The decision to make Splinter Cell Conviction a 360/PC exclusive was made years ago, according to Ubisoft, who don't seem bothered by the idea that they might be missing out on a large percentage of potential customers by making their game Microsoft-only.
When it launches later this year, Splinter Cell Conviction will be one of the rare third-party games these days that doesn't make its way to every platform around. Ubisoft explained last week that the decision to go 360/PC only was because the series has been "historically linked with Microsoft platforms," which was reasoning that smelled a bit fishy (if fish smelled like money).
According to Ubisoft, however, the decision to go MS-exclusive wasn't something the company did without careful consideration. If Microsoft did buy Splinter Cell Conviction's exclusivity, they must have done it a long time ago. "It was a decision that we took many years ago," Ubisoft's Alain Corre said. "It's been an ongoing process. For us when we decided to do that many years ago it was a logical step."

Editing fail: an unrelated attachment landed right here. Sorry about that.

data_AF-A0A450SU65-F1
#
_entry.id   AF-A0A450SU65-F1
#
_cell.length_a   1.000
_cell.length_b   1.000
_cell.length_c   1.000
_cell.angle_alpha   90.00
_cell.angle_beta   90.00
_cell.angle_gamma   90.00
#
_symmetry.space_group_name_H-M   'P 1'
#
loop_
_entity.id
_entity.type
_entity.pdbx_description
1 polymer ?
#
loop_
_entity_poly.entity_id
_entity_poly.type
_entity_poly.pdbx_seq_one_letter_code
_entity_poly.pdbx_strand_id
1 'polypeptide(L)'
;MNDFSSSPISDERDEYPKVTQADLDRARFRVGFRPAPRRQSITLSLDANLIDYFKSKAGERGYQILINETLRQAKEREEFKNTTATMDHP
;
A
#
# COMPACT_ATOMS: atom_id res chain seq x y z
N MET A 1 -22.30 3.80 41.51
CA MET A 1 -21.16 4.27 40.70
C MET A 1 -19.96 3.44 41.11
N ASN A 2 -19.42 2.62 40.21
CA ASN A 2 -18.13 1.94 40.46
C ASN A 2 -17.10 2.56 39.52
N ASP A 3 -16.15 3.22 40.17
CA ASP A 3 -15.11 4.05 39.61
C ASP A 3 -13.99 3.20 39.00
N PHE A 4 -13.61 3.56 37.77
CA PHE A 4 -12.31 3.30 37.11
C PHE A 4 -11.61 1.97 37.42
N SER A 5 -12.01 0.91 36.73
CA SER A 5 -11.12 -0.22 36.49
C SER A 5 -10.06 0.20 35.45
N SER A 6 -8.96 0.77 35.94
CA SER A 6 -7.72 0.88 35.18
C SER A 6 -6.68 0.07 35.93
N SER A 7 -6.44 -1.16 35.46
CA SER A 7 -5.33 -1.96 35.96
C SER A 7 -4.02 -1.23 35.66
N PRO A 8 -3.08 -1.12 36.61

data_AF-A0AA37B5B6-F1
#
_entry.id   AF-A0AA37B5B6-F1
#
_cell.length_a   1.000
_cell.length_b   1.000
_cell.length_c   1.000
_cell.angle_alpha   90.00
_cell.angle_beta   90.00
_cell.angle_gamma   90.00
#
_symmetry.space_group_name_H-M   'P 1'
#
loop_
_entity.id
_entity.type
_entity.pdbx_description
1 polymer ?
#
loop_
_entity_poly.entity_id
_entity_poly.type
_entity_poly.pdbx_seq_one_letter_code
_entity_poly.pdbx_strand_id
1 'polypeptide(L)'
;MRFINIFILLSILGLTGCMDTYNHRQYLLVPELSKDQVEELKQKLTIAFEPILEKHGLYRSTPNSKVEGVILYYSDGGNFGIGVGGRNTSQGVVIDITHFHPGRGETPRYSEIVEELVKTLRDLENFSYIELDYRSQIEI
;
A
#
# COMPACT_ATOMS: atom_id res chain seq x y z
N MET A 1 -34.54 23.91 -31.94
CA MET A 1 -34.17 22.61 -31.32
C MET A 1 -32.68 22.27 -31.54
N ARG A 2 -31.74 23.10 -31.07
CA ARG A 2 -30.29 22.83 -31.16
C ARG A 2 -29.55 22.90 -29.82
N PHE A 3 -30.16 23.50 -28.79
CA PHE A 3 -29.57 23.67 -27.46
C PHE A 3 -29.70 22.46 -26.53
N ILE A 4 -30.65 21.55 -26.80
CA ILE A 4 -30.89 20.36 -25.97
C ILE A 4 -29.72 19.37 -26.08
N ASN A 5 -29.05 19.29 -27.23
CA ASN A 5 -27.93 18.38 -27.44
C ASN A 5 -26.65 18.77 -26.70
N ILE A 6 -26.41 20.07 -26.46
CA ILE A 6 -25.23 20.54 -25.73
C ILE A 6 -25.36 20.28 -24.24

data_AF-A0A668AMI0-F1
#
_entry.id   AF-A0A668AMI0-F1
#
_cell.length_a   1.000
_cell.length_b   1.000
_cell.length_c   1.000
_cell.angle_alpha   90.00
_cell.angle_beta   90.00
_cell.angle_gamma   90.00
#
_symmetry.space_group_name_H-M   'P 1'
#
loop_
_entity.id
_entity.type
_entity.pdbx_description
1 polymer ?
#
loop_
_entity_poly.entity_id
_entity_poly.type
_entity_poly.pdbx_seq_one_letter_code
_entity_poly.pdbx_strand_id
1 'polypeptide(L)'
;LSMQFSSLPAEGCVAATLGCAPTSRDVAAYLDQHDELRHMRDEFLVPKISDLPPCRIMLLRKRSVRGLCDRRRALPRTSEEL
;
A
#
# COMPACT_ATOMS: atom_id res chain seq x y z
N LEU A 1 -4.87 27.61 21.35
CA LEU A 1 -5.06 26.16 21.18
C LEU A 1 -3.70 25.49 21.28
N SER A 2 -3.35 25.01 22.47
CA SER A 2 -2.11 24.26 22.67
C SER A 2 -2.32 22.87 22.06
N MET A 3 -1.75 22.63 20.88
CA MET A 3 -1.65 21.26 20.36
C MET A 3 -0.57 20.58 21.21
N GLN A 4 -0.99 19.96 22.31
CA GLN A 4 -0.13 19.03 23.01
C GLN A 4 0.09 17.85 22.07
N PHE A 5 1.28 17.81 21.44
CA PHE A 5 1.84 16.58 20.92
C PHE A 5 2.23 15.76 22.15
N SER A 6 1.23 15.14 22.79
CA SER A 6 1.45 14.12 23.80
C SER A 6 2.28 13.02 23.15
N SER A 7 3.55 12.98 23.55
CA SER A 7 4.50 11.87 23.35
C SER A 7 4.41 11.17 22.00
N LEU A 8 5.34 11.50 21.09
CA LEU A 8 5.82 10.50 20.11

A logical step? Maybe in the sense that it's easier to develop a game for a single platform without a reputation for being difficult to work on, but maybe not in terms of spending tons of money making a game and then limiting your potential consumer base. Ubisoft, however, doesn't see this as a problem. "There are also a lot of hardcore gamers who have ownership of both consoles," Corre said. "And everyone has a PC at home. To a certain extent if players want the next Splinter Cell game they will find a way."
Everyone does have a PC at home, but not everyone has one that can run Splinter Cell Conviction. And yes, plenty of people have both consoles, but plenty of people don't, and I'm not sure Conviction is a system seller, impressive as it looks. Well, if you're a PS3 owner who's trying to "find a way" to play Conviction, the only way might be to hope and wait.